MReport August 2018

TheMReport — News and strategies for the evolving mortgage marketplace.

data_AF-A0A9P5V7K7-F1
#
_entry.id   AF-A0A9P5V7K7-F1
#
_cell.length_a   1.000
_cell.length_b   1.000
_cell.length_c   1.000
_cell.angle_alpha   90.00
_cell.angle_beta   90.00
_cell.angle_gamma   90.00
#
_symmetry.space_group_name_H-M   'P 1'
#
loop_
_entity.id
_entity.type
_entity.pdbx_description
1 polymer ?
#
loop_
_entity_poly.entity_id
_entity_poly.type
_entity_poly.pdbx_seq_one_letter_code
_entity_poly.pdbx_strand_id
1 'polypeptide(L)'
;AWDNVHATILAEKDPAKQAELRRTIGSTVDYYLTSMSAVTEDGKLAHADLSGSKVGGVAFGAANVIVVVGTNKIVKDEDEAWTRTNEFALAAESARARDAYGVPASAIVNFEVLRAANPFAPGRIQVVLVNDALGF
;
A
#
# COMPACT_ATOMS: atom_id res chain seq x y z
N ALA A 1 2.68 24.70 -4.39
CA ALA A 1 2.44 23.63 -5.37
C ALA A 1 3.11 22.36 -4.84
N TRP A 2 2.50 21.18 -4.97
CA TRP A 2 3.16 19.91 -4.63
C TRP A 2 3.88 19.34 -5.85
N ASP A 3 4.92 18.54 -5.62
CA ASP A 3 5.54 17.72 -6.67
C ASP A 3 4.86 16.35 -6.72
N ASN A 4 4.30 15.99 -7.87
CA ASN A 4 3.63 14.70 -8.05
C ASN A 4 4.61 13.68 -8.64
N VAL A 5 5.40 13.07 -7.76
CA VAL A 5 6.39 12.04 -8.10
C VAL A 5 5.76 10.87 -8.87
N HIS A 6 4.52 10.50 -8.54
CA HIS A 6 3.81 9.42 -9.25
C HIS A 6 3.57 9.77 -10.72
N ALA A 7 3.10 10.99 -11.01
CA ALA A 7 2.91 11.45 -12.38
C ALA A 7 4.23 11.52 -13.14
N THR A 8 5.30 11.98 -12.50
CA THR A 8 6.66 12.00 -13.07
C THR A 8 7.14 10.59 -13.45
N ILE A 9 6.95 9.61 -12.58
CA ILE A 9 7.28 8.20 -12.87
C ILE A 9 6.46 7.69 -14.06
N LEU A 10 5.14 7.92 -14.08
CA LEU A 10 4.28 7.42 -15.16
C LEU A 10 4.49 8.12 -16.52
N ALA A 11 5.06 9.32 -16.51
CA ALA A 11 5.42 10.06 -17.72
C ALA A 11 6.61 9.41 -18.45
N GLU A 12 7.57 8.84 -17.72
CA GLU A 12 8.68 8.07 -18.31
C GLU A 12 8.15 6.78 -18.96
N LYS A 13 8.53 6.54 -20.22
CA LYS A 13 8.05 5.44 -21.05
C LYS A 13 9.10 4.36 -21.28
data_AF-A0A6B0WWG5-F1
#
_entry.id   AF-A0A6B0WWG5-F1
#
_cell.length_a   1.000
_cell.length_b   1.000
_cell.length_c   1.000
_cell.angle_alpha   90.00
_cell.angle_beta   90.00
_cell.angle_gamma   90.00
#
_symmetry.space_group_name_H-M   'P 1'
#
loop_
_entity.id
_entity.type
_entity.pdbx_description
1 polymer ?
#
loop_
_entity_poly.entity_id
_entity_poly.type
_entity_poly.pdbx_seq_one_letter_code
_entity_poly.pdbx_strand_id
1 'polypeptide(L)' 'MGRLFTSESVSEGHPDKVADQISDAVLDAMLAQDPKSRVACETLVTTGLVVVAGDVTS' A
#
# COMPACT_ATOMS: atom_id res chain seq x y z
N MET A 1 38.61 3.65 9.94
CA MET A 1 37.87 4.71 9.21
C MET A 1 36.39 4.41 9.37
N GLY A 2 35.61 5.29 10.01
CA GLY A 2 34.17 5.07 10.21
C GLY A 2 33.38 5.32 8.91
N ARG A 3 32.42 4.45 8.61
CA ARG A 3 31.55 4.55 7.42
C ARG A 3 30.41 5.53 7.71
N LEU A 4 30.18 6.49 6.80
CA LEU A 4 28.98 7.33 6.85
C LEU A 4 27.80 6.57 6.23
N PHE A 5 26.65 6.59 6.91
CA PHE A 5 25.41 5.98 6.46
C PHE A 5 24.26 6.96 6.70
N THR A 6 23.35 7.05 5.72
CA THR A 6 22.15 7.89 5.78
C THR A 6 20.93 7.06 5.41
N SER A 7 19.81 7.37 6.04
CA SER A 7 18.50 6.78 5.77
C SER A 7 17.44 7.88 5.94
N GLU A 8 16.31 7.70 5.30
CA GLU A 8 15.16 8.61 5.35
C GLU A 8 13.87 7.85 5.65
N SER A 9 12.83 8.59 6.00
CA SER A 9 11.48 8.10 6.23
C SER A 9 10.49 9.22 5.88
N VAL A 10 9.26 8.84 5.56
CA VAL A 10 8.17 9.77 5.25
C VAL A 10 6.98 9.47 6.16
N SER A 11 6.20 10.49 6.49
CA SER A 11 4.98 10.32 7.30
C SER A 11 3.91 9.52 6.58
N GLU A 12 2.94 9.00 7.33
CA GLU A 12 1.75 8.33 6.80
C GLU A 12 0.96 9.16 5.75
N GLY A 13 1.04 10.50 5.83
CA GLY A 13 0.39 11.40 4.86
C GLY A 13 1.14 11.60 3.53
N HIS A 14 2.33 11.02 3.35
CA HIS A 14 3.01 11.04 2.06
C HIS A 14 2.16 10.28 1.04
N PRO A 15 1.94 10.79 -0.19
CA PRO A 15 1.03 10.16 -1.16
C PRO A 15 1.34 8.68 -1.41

Issue link:

Contents of this Issue


Page 51 of 66